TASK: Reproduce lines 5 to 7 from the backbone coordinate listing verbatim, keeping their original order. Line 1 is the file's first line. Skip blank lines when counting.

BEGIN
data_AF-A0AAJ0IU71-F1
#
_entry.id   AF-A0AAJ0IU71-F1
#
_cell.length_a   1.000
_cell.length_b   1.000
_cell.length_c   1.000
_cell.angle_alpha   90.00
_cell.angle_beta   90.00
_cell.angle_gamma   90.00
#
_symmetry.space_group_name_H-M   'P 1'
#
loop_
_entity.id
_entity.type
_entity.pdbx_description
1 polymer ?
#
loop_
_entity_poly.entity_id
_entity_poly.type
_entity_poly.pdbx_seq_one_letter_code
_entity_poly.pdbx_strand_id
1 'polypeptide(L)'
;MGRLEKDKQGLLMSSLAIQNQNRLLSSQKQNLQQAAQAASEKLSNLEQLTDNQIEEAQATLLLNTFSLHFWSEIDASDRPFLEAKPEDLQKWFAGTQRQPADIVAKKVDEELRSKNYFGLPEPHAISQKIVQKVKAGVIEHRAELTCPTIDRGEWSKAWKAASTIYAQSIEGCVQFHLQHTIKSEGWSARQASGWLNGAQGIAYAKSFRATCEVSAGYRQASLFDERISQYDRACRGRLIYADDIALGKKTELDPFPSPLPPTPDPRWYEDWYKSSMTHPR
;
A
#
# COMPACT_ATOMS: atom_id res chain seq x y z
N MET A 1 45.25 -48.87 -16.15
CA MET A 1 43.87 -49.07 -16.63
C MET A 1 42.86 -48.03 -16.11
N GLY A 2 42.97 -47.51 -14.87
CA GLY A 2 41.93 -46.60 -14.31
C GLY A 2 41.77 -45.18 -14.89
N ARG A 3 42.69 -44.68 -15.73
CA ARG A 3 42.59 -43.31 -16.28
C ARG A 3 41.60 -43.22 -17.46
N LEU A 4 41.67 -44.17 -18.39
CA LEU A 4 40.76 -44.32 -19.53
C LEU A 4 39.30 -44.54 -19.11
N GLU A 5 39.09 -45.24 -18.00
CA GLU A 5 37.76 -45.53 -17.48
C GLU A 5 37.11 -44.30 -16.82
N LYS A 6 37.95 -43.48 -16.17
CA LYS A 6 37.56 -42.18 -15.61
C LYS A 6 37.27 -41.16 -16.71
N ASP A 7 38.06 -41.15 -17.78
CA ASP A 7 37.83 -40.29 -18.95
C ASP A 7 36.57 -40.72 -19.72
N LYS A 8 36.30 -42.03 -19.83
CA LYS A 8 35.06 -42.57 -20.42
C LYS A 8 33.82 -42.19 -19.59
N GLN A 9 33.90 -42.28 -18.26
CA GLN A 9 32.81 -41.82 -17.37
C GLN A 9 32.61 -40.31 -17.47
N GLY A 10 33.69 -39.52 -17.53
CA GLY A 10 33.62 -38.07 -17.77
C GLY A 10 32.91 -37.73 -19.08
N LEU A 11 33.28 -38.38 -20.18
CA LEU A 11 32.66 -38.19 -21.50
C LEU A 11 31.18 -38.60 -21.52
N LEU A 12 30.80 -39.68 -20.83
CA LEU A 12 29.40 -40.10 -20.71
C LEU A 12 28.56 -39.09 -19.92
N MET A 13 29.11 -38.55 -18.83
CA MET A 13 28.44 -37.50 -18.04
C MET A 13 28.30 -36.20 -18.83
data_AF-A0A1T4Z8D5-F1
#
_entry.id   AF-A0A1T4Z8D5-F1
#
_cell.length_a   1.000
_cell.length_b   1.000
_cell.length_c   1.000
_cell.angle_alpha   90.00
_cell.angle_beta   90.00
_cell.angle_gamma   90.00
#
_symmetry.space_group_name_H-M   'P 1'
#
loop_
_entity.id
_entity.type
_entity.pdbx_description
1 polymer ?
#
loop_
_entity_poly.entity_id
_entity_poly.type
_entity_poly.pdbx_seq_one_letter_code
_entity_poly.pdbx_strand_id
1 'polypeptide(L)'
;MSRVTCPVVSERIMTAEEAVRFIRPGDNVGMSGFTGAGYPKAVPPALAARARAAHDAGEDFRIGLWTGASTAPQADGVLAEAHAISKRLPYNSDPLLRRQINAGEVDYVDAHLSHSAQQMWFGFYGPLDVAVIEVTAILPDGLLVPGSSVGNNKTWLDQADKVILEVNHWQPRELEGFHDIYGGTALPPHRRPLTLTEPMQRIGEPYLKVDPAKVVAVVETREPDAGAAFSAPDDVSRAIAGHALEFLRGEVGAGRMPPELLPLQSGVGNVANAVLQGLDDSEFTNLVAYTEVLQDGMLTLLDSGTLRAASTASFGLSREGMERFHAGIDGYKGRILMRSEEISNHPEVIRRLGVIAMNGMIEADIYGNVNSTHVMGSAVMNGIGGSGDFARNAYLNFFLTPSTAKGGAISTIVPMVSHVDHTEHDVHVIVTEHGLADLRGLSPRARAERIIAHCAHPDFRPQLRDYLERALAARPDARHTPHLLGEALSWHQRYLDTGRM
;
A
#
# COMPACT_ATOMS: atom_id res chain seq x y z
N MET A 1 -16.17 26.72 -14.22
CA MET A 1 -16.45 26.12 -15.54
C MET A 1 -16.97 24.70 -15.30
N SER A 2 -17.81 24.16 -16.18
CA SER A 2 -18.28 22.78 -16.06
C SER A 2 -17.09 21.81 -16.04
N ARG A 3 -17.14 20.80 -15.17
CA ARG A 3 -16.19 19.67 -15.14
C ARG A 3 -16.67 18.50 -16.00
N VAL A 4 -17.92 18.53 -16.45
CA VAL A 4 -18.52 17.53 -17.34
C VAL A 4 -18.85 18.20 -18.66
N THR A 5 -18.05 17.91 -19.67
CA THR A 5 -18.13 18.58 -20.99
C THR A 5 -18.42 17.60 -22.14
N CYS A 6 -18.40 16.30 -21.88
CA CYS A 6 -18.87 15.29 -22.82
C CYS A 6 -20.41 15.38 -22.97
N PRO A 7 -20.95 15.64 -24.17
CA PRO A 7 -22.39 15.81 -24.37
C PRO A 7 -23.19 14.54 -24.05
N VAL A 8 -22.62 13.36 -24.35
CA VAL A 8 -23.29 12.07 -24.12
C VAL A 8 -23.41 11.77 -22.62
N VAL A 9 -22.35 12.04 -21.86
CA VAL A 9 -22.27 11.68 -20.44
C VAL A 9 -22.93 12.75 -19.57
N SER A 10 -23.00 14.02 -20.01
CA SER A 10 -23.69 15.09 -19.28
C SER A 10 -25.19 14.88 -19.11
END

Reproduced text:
_cell.length_a   1.000
_cell.length_b   1.000
_cell.length_c   1.000